Trip to Freetown will test Bafana’s character: how will they respond?

2010-10-07 00:00

SIERRA Leone’s 1-1 African Nations Cup qualifying draw in their opener against Egypt in Cairo has served notice that this weekend’s trip to Freetown will be no stroll in the park for Bafana Bafana.

Freetown still bears the scars of a brutal, blood diamond-fuelled civil war that ended in 2002.

And while the city has since regained much of its beach paradise charm, it remains a difficult football destination to visit.

The journey includes a 30-minute boat trip to the stadium that can reportedly be quite harrowing.

South Africa got first-hand experience of the difficulty of the venue when they lost 1-0 to Sierra Leone on their last trip to that country’s capital in 2008, a result that was crucial to Joel Santana’s troubled team not qualifying for the 2010 Afcon finals.

Trying to find information on the Sierra Leone national football team is not easy, and even somewhat confusing.

According to various reports, any one of three Banguras who play for the national team scored the goal that put the Leone Stars ahead in Cairo, before Ahmed Fathallah equalised within four minutes.

Moustapha Bangura is a 20-year-old attacking midfielder who plays for Apollon Limassol in Cyprus. He has attracted attention from clubs in more esteemed European leagues, such as Germany’s Werder Bremen and France’s AS Monaco.

Alhassan Bangura, a midfielder currently on the books of Turkish club Mersin İidmanyurdu, played 62 games for Watford between 2005 and 2009, including in the club’s one-year Premier League season in 2006/07.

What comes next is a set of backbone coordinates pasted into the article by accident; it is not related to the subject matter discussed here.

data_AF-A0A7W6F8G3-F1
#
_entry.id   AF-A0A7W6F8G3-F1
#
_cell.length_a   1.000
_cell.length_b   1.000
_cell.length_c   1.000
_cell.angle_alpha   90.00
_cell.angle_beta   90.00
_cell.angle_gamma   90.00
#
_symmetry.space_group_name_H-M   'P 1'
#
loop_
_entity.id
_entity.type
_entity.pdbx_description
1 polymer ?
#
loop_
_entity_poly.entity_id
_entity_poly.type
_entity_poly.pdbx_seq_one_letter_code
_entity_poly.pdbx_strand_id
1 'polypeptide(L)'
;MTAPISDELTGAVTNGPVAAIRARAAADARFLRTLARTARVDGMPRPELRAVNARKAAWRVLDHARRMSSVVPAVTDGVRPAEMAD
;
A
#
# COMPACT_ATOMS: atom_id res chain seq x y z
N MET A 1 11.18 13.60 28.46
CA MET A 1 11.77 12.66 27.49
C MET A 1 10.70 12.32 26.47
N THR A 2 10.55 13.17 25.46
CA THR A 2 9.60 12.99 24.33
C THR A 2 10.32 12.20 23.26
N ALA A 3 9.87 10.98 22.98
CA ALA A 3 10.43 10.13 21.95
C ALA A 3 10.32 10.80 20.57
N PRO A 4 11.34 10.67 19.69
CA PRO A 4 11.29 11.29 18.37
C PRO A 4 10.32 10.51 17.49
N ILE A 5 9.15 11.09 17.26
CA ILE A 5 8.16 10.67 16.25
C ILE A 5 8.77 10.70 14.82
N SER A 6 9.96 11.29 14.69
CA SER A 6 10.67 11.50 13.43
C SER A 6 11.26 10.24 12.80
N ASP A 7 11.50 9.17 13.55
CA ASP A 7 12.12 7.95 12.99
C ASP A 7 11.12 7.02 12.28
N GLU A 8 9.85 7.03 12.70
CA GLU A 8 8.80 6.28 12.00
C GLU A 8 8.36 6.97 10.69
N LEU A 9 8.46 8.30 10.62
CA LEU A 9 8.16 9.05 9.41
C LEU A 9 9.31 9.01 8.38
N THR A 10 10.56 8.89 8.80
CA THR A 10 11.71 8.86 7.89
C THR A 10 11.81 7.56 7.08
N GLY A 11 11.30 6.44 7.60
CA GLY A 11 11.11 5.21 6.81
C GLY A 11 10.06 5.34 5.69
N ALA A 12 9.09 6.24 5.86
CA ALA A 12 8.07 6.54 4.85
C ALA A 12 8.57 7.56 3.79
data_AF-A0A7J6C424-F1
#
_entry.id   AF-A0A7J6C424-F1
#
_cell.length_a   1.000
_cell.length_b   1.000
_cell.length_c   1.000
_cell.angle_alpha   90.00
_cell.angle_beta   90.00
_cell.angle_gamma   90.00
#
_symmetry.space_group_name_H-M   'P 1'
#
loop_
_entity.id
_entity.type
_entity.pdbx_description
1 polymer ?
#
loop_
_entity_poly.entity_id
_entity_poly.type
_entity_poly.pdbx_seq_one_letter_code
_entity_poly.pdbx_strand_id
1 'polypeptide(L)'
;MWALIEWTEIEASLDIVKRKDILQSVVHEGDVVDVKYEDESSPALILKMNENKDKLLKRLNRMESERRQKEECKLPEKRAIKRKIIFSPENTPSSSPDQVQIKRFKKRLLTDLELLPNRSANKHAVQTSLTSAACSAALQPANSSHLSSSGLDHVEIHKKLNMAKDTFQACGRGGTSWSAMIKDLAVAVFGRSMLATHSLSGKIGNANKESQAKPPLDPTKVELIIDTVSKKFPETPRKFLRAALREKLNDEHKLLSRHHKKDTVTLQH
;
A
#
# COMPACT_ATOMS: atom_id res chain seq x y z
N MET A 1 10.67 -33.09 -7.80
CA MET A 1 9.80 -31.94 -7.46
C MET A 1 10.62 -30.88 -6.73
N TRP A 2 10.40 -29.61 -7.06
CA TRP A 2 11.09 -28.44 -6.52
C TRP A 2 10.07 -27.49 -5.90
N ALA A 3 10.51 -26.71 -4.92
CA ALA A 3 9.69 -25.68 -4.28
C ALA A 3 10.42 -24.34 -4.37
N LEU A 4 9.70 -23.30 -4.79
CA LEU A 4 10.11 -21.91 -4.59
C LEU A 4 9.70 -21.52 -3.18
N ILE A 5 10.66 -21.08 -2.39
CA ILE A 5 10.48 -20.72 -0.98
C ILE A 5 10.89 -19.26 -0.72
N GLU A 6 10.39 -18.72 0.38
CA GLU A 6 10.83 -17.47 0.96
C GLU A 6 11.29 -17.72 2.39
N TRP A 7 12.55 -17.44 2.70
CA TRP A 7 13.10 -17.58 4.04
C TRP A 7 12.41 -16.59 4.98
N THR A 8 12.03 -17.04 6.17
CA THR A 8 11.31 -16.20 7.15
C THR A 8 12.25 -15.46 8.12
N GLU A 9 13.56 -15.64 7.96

Bangura is famous for the manner in which he arrived in Europe. He was granted asylum in England having been the victim of a French human trafficker, who intended to use him, then a teenager, as a male prostitute.

Mohamed Bangura is a powerful, pacy 21-year-old forward who plies his trade at club level in Sweden, for AIK.

Another dangerous player for the West Africans is striker Kei Kamara, who scored 11 goals in 29 games last season for Kansas City Wizards in America’s MLS.

With many young players currently in their side, it should be assumed that Sierra Leone currently have a new generation coming through, which could mean their 132nd world ranking is well below the team’s potential.

In contrast, South Africa’s ranking has positively rocketed in 2010 from 85th in January to 58th.

Carlos Alberto Parreira might have come in for some criticism for Bafana’s failure to reach the second round of the World Cup, particularly from the Johannesburg press, but there can be no doubt the Brazilian had a positive effect, carried on by successor Pitso Mosimane.

Bafana have lost just one game out of 15 this year (their 3-0 World Cup defeat to Uruguay), a remarkable turnaround from the team’s woeful form of the past half-decade. They have won nine games and drawn five.

Teams beaten include France, Colombia, Ghana and Denmark. The South Africans have drawn against Mexico, Bulgaria and Paraguay.

On paper it should be a mismatch against Sierra Leone. But playing away in Africa is the great leveller.

It is not just the opposition, but the playing conditions, accommodation, transport, an often intimidating atmosphere and home decisions made by dodgy referees that must be overcome.

There’s a refreshing new air about Bafana, and their 1-1 draw away against Paraguay in difficult conditions in Asuncion before the World Cup suggests this is not necessarily just in home games.

Their trip to Freetown, though, will be an examination of the team’s character and indication of whether this is the Bafana of old, who at times withered in the face of tough conditions in Africa, or a new team capable of getting results under testing circumstances.

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